All modern wars have been associated with a syndrome characterised by unexplained medical symptoms. The form that these assume, the terms used to describe them, and the explanations offered by servicemen and doctors seem to be influenced by advances in medical science, changes in the nature of warfare, and underlying cultural forces.
What is already known on this topicService in the Gulf war is associated with an increased rate of reported symptoms and worsening subjective healthPost-combat syndromes have been described after most modern conflicts from the US civil war onwardsWhat this study addsThere seems to be no single post-combat syndrome but a number of variations on a themeThe ever changing form of post-combat syndromes seems to be related to advances in medical understanding, the developing nature of warfare, and cultural undercurrentsBecause reported symptoms are subject to bias and changing emphasis related to advances in medical science or the discovery of new diseases, the characterisation of individual syndromes has to be treated with cautionAttributions by servicemen are generally consistent with symptom characteristics, though there seems to be a growing reluctance to consider the stress of military service as a cause
PMCID: PMC65292  PMID: 11834557
3.  Antarctica’s Protected Areas Are Inadequate, Unrepresentative, and at Risk 
PLoS Biology  2014;12(6):e1001888.
Global comparisons show that Antarctica's terrestrial biodiversity is poorly protected. Existing protected areas are inadequate, unrepresentative, and threatened by increasing human activity.
Antarctica is widely regarded as one of the planet's last true wildernesses, insulated from threat by its remoteness and declaration as a natural reserve dedicated to peace and science. However, rapidly growing human activity is accelerating threats to biodiversity. We determined how well the existing protected-area system represents terrestrial biodiversity and assessed the risk to protected areas from biological invasions, the region's most significant conservation threat. We found that Antarctica is one of the planet's least protected regions, with only 1.5% of its ice-free area formally designated as specially protected areas. Five of the distinct ice-free ecoregions have no specially designated areas for the protection of biodiversity. Every one of the 55 designated areas that protect Antarctica's biodiversity lies closer to sites of high human activity than expected by chance, and seven lie in high-risk areas for biological invasions. By any measure, including Aichi Target 11 under the Convention on Biological Diversity, Antarctic biodiversity is poorly protected by reserves, and those reserves are threatened.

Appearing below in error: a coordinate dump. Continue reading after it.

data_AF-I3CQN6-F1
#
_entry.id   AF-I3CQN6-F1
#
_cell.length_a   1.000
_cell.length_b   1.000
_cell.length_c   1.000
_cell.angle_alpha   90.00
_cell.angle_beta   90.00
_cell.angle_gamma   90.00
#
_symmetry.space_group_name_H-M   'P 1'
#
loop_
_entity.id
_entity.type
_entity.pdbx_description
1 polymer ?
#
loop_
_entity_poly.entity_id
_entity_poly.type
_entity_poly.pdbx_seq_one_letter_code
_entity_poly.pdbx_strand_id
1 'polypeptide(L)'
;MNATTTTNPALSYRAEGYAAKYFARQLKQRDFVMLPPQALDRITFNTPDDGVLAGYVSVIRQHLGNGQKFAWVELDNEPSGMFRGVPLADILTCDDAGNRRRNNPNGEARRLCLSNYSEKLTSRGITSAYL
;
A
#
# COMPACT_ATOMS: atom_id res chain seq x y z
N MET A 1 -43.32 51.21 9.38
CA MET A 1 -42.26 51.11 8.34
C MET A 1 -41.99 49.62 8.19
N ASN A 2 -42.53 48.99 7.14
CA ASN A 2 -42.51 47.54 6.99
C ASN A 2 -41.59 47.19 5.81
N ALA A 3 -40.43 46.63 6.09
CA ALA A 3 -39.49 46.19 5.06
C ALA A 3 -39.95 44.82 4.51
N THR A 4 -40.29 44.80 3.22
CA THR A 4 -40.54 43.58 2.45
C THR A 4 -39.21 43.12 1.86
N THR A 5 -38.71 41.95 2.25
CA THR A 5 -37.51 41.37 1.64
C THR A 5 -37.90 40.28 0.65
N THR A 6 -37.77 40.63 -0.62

PMCID: PMC4060989  PMID: 24936869
4.  Good Fences: The Importance of Setting Boundaries for Peaceful Coexistence 
PLoS ONE  2014;9(5):e95660.